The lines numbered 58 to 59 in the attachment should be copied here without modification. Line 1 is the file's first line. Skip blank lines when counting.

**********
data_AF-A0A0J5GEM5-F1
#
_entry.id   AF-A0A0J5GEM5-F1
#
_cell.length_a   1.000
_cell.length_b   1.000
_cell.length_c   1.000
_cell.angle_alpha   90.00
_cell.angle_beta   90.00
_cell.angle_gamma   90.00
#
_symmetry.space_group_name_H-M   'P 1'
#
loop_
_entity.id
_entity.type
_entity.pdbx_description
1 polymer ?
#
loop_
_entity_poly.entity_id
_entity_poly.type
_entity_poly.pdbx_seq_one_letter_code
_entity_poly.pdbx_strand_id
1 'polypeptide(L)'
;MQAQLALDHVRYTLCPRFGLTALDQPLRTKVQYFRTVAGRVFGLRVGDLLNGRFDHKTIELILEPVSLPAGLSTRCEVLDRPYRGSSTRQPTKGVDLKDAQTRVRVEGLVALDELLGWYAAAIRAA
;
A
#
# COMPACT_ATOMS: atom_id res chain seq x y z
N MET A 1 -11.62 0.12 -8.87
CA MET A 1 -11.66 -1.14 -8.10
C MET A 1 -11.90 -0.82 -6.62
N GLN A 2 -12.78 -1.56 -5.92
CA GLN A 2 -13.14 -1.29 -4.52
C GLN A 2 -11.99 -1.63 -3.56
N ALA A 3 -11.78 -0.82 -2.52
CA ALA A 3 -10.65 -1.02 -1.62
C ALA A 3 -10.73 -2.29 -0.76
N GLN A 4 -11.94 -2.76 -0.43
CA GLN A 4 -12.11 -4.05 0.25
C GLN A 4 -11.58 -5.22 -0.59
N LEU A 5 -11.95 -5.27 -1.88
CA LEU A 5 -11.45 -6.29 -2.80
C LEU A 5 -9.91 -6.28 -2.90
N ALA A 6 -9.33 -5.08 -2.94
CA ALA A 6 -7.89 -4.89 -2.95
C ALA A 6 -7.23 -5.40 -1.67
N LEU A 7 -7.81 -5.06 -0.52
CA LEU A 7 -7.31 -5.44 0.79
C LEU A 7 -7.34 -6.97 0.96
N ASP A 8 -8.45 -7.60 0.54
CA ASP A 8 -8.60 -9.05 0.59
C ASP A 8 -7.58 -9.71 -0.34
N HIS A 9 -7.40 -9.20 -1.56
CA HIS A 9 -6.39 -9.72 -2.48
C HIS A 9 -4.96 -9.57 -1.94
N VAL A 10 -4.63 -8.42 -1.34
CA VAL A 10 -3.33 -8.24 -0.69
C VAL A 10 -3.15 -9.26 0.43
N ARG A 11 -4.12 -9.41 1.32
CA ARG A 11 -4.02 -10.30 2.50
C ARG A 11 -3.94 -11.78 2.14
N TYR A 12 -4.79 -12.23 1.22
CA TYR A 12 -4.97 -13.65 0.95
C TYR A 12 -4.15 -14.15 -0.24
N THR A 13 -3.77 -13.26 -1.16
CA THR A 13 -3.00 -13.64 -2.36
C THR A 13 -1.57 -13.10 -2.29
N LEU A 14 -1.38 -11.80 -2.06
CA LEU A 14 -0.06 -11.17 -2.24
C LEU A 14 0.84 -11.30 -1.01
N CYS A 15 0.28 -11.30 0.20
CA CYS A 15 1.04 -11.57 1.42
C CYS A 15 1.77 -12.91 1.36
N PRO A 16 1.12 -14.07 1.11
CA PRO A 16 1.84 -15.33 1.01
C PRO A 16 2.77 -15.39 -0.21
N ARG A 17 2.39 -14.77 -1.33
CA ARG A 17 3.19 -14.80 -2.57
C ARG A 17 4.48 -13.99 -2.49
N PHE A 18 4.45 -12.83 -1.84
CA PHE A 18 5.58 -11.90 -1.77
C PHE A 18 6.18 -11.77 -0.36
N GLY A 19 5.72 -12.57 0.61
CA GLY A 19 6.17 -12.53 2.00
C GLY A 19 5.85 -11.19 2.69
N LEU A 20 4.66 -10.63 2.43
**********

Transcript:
N VAL A 10 -4.63 -8.42 -1.34
CA VAL A 10 -3.33 -8.24 -0.69